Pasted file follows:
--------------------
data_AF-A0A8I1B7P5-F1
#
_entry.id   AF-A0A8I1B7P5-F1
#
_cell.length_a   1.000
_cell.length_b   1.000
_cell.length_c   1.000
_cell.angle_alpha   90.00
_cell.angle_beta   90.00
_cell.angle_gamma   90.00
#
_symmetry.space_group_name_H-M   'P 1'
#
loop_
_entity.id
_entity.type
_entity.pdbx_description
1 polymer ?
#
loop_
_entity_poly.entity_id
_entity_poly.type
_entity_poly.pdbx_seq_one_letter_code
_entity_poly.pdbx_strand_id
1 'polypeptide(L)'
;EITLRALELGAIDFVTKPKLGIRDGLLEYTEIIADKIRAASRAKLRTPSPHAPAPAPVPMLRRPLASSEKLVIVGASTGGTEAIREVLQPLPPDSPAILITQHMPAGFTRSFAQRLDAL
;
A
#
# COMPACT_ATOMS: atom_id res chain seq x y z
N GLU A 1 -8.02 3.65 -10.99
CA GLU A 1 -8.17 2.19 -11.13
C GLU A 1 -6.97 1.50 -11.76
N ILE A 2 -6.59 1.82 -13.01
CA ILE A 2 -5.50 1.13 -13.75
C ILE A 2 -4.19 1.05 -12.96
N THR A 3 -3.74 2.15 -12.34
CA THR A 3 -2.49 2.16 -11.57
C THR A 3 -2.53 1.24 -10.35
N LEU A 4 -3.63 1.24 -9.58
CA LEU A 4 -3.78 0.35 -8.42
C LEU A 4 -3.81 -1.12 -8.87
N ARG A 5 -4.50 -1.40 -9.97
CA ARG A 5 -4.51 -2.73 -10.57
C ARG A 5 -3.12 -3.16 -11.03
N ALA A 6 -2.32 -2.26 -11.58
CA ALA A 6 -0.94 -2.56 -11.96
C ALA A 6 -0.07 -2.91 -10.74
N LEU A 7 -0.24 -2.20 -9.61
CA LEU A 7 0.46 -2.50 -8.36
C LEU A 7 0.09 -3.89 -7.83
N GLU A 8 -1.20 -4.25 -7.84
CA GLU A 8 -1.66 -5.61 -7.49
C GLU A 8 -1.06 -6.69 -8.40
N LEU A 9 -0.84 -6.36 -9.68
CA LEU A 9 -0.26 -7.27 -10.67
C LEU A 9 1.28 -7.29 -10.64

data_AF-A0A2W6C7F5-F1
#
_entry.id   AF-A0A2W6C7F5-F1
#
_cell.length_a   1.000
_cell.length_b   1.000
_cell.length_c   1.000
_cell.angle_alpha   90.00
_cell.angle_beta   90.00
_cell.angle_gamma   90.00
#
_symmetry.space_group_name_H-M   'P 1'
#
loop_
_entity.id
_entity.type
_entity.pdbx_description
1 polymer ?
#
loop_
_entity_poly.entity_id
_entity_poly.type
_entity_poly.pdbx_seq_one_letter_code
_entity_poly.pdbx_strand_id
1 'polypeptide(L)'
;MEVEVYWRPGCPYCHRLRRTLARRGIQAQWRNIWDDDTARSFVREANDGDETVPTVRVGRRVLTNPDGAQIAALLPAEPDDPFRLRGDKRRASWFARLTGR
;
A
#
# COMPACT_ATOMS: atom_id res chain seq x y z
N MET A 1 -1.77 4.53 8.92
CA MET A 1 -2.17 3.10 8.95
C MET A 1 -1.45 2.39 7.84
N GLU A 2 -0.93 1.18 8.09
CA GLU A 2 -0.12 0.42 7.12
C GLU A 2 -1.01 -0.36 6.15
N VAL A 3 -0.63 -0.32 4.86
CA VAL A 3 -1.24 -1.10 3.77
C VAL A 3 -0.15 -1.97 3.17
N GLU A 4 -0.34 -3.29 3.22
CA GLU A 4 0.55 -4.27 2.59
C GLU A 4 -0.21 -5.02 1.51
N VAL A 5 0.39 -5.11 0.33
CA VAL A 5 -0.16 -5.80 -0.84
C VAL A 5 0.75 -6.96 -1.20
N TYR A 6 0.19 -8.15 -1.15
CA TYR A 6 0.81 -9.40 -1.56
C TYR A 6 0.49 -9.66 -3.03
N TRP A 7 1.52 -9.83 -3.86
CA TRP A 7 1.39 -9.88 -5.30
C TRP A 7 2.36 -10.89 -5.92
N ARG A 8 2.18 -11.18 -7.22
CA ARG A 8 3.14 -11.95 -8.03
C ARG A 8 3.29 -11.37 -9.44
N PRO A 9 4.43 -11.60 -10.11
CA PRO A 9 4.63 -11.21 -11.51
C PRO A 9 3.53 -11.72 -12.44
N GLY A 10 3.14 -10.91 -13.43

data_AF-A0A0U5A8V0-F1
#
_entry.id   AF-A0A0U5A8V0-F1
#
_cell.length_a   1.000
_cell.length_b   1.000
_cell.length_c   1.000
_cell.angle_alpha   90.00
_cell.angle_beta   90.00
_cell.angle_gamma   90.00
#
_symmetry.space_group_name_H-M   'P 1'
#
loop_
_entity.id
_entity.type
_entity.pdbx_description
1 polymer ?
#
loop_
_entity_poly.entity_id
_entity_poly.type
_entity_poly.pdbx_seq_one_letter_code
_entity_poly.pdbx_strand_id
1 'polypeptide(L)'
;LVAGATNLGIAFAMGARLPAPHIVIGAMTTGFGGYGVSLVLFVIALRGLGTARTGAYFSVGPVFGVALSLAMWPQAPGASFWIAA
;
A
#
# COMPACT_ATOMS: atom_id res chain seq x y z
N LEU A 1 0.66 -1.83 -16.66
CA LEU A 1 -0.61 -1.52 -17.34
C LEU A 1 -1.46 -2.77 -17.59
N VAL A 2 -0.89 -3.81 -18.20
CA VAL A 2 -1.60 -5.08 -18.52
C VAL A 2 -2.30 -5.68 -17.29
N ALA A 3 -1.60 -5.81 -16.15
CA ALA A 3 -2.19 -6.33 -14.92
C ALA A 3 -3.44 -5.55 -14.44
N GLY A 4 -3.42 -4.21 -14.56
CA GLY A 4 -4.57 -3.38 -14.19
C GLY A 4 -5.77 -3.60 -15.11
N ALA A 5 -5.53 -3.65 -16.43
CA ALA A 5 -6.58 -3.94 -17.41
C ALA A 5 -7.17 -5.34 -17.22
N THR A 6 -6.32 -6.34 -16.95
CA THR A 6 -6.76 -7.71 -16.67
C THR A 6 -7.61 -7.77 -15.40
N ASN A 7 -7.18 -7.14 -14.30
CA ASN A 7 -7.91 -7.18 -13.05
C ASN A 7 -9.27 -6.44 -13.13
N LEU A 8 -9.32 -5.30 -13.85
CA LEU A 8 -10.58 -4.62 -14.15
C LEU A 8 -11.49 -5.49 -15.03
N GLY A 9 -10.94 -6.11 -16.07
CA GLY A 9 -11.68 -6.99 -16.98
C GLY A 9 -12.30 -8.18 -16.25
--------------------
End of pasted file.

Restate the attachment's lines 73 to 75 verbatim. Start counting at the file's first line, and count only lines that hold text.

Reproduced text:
_entity.type
_entity.pdbx_description
1 polymer ?